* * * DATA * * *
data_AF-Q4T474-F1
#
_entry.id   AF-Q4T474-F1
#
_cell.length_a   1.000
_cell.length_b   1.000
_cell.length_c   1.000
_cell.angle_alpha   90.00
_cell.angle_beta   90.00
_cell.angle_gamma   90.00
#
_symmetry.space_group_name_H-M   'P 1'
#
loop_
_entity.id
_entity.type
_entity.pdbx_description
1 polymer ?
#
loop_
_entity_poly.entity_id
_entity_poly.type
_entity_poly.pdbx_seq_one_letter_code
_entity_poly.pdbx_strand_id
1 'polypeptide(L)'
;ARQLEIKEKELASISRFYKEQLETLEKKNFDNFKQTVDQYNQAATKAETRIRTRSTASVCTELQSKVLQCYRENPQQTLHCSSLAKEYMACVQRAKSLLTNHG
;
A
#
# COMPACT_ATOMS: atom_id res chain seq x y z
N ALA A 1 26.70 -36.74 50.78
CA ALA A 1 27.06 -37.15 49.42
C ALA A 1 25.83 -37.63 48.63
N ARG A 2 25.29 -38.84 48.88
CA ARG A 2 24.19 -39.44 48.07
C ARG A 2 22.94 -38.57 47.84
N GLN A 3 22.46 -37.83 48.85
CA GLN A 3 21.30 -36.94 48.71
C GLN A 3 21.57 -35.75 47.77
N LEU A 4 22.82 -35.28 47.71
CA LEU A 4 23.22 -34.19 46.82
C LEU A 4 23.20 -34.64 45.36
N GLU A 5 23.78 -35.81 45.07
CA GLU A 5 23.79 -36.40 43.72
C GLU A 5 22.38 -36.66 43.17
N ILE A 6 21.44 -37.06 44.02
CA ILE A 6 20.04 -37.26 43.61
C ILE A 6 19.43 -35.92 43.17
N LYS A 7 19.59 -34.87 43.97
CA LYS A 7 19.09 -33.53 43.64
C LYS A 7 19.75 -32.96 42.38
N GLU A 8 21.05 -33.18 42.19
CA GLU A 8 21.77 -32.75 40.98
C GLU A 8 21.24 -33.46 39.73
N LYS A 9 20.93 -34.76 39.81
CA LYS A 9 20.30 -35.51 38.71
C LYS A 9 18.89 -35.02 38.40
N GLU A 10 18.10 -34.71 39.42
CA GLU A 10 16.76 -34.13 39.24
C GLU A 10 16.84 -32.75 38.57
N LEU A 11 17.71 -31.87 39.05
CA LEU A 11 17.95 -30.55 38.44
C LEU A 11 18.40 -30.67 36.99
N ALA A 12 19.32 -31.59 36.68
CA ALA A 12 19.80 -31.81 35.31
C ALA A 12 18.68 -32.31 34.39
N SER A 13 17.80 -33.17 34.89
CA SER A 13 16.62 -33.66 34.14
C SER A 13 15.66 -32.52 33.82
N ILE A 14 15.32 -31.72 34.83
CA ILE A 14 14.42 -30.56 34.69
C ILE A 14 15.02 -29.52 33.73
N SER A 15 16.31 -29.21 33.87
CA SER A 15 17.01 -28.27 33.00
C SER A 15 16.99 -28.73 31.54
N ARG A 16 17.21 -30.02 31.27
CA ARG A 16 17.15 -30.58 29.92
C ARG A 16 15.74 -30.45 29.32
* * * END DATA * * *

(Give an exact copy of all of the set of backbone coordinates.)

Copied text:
data_AF-Q4T474-F1
#
_entry.id   AF-Q4T474-F1
#
_cell.length_a   1.000
_cell.length_b   1.000
_cell.length_c   1.000
_cell.angle_alpha   90.00
_cell.angle_beta   90.00
_cell.angle_gamma   90.00
#
_symmetry.space_group_name_H-M   'P 1'
#
loop_
_entity.id
_entity.type
_entity.pdbx_description
1 polymer ?
#
loop_
_entity_poly.entity_id
_entity_poly.type
_entity_poly.pdbx_seq_one_letter_code
_entity_poly.pdbx_strand_id
1 'polypeptide(L)'
;ARQLEIKEKELASISRFYKEQLETLEKKNFDNFKQTVDQYNQAATKAETRIRTRSTASVCTELQSKVLQCYRENPQQTLHCSSLAKEYMACVQRAKSLLTNHG
;
A
#
# COMPACT_ATOMS: atom_id res chain seq x y z
N ALA A 1 26.70 -36.74 50.78
CA ALA A 1 27.06 -37.15 49.42
C ALA A 1 25.83 -37.63 48.63
N ARG A 2 25.29 -38.84 48.88
CA ARG A 2 24.19 -39.44 48.07
C ARG A 2 22.94 -38.57 47.84
N GLN A 3 22.46 -37.83 48.85
CA GLN A 3 21.30 -36.94 48.71
C GLN A 3 21.57 -35.75 47.77
N LEU A 4 22.82 -35.28 47.71
CA LEU A 4 23.22 -34.19 46.82
C LEU A 4 23.20 -34.64 45.36
N GLU A 5 23.78 -35.81 45.07
CA GLU A 5 23.79 -36.40 43.72
C GLU A 5 22.38 -36.66 43.17
N ILE A 6 21.44 -37.06 44.02
CA ILE A 6 20.04 -37.26 43.61
C ILE A 6 19.43 -35.92 43.17
N LYS A 7 19.59 -34.87 43.97
CA LYS A 7 19.09 -33.53 43.64
C LYS A 7 19.75 -32.96 42.38
N GLU A 8 21.05 -33.18 42.19
CA GLU A 8 21.77 -32.75 40.98
C GLU A 8 21.24 -33.46 39.73
N LYS A 9 20.93 -34.76 39.81
CA LYS A 9 20.30 -35.51 38.71
C LYS A 9 18.89 -35.02 38.40
N GLU A 10 18.10 -34.71 39.42
CA GLU A 10 16.76 -34.13 39.24
C GLU A 10 16.84 -32.75 38.57
N LEU A 11 17.71 -31.87 39.05
CA LEU A 11 17.95 -30.55 38.44
C LEU A 11 18.40 -30.67 36.99
N ALA A 12 19.32 -31.59 36.68
CA ALA A 12 19.80 -31.81 35.31
C ALA A 12 18.68 -32.31 34.39
N SER A 13 17.80 -33.17 34.89
CA SER A 13 16.62 -33.66 34.14
C SER A 13 15.66 -32.52 33.82
N ILE A 14 15.32 -31.72 34.83
CA ILE A 14 14.42 -30.56 34.69
C ILE A 14 15.02 -29.52 33.73
N SER A 15 16.31 -29.21 33.87
CA SER A 15 17.01 -28.27 33.00
C SER A 15 16.99 -28.73 31.54
N ARG A 16 17.21 -30.02 31.27
CA ARG A 16 17.15 -30.58 29.92
C ARG A 16 15.74 -30.45 29.32